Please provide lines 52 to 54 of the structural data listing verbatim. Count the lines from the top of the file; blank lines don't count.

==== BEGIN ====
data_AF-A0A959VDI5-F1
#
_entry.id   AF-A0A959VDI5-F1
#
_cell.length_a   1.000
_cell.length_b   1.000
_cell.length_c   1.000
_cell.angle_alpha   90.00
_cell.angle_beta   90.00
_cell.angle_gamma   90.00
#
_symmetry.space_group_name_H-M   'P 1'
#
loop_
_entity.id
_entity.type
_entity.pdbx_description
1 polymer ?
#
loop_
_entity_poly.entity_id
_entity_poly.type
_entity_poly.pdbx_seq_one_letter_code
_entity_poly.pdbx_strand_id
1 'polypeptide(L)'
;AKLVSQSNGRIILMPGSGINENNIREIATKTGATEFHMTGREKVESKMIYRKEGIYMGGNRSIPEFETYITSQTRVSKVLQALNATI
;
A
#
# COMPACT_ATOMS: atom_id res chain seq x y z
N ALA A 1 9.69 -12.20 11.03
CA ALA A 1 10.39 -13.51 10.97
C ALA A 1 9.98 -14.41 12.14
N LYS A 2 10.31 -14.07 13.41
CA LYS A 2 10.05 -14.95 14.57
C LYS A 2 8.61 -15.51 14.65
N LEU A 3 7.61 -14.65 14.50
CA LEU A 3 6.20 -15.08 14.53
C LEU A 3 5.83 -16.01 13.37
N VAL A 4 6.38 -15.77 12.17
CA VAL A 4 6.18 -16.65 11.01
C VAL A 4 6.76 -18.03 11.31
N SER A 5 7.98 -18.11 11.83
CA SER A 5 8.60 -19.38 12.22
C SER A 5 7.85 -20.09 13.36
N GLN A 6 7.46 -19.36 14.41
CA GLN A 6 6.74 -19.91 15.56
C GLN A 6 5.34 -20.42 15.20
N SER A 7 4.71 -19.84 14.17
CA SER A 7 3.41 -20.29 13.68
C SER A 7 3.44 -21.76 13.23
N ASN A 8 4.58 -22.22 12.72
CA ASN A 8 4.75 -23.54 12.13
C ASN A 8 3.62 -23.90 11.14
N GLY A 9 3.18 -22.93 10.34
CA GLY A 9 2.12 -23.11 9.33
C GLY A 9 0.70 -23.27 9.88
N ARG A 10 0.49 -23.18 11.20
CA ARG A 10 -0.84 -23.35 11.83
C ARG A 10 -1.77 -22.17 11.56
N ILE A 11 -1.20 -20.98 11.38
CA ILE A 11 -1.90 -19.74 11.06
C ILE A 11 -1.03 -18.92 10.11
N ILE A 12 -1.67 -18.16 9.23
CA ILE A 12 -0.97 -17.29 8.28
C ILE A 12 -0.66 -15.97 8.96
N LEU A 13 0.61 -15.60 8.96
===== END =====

N ASN A 8 4.58 -22.22 12.72
CA ASN A 8 4.75 -23.54 12.13
C ASN A 8 3.62 -23.90 11.14